When I moved back to my hometown of San Diego from Chico, California, I left behind a tenured professorship. My kids lived with me and cost plenty. So I started teaching all around.
One semester, I was teaching 9 classes at 4 colleges, about 90 hours a week. My son Cody and I went to Tae Kwon Do classes twice a week. And I was managing Cody’s Little League team, hoping he might become a pitcher instead of a ninja. All this left me too weary to write, or so I thought.
Probably because I didn’t sleep enough, my emotions had shut down, and every day I sensed impending doom. Something had to change. My kids didn’t deserve a catatonic dad.
One late afternoon as I sat on the grass at the University of San Diego, overlooking the harbor and wondering how I could fix my emotions, I mumbled, “Okay, where should I start?”
Then I remembered advice Master Jeong, our Tae Kwon Do instructor, often gave. He told us, “Everything begins with the spirit. From the spirit come the thoughts. From the thoughts come the actions. From the actions come the habits. From the habits comes the character. And from the character comes the destiny.”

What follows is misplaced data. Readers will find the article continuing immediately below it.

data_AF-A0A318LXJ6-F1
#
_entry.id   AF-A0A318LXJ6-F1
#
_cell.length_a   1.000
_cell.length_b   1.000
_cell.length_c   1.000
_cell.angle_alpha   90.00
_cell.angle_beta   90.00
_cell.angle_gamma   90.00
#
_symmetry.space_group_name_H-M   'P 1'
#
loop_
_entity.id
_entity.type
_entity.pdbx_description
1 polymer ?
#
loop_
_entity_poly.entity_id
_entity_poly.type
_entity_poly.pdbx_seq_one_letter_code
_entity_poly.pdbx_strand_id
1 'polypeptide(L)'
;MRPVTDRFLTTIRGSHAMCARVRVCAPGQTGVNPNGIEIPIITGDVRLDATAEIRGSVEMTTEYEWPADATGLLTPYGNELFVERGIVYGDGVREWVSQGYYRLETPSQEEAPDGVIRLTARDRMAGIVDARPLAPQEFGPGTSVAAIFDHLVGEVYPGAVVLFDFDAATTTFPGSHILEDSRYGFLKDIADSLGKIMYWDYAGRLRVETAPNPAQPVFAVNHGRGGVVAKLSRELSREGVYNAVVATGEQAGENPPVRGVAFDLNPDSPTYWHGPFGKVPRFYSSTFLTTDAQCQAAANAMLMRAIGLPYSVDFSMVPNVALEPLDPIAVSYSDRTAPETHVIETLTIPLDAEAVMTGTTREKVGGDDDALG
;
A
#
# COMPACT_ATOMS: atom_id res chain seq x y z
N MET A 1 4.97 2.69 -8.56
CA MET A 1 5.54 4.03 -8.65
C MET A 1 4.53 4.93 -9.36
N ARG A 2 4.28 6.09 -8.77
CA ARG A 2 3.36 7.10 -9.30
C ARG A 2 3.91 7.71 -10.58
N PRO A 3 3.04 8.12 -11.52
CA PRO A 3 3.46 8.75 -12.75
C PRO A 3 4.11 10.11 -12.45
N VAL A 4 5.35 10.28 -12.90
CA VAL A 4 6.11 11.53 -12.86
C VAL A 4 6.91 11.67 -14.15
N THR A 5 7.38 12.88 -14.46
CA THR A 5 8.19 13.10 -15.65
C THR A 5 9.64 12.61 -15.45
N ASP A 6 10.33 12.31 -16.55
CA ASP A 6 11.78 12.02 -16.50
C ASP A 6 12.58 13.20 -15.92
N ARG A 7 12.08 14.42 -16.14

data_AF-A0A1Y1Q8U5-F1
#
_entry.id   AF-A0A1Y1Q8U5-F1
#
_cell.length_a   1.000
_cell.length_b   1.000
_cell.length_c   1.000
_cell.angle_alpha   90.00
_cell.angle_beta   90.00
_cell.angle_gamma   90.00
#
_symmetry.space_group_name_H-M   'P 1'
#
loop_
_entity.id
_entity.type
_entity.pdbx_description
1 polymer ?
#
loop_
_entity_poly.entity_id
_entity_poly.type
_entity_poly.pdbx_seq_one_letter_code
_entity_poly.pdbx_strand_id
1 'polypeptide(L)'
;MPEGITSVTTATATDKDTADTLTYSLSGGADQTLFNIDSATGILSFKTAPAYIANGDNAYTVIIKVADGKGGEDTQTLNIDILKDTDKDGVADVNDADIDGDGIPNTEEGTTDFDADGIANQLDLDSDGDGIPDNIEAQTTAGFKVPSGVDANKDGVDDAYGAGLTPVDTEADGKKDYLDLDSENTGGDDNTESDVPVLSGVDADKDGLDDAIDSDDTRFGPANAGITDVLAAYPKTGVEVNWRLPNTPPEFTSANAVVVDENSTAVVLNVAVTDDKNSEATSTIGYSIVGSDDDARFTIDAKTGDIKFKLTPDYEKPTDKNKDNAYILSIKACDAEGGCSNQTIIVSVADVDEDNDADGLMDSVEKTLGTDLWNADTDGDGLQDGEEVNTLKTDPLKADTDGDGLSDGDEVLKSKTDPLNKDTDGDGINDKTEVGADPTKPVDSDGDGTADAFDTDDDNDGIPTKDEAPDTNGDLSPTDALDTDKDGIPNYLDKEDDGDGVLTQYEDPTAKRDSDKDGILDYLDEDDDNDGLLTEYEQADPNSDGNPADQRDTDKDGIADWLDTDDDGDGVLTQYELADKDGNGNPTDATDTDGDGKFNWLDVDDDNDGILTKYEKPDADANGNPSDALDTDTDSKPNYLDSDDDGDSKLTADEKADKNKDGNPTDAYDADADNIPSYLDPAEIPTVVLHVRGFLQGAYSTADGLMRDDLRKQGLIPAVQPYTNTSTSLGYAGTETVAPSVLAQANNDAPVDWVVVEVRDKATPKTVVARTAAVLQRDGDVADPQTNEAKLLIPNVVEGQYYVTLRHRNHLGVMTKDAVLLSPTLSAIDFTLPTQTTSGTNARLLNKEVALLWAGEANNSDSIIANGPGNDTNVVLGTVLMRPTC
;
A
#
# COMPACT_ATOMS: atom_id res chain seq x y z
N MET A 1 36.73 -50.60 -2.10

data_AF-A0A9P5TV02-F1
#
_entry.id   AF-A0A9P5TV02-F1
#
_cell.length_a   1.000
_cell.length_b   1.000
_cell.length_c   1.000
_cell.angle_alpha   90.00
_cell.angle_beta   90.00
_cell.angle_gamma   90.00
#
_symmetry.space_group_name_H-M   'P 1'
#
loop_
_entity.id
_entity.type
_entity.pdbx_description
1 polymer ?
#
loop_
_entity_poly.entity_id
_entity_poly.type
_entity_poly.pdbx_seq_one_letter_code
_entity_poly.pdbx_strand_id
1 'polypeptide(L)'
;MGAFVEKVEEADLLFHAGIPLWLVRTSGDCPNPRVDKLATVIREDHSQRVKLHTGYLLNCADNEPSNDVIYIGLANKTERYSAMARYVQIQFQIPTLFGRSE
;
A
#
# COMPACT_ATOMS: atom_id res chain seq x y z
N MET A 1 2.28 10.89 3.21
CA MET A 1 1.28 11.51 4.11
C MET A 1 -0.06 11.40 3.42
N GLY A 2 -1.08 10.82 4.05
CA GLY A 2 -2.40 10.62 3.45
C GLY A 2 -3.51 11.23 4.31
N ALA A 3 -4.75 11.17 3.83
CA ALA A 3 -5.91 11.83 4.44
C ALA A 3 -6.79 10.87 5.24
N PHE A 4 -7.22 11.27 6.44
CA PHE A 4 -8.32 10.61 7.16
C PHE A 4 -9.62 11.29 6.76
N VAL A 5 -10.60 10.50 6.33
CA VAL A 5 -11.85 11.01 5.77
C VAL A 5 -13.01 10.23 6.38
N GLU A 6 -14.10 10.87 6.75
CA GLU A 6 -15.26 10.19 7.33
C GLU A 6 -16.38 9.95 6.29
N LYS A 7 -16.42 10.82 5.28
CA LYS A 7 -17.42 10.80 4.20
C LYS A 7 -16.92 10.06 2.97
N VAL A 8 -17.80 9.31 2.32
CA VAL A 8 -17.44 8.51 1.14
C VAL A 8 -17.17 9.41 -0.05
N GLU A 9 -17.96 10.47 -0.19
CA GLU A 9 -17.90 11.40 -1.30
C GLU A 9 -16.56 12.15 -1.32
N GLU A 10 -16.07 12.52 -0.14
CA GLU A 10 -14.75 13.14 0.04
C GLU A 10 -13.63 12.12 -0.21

Stupefied by stress as I was, I sat a while wondering where on that continuum I should start trouble-shooting, until the obvious made itself clear.
Start with the spirit.
So, I thought, what could best set my spirit on the right path?
I believe it was God who sent the message: “Look here, you’re a writer. But for months you haven’t been writing, which has grieved your spirit into a coma. Sure, teaching nine classes and raising kids is hard, but it’s not going to kill you. What will kill you is not writing.”
The next morning, I got up at 5 a.m. instead of 5:30, which allowed me to write for a half hour. Not much, but enough to give me hope, which is the antidote to despair.
The stuff I wrote during those half-hour sessions became crucial parts of my novel The Loud Adios. About a month after the semester ended, I sent the manuscript to a national contest.
Which meant I earned enough so I didn’t need to teach as much and, after too many discouraging years, I would see a new novel of mine on bookstore shelves.
Which can be an inspiring sight.
By the way, need I remind you that the book or ebook Writing and the Spirit makes a swell Christmas gift?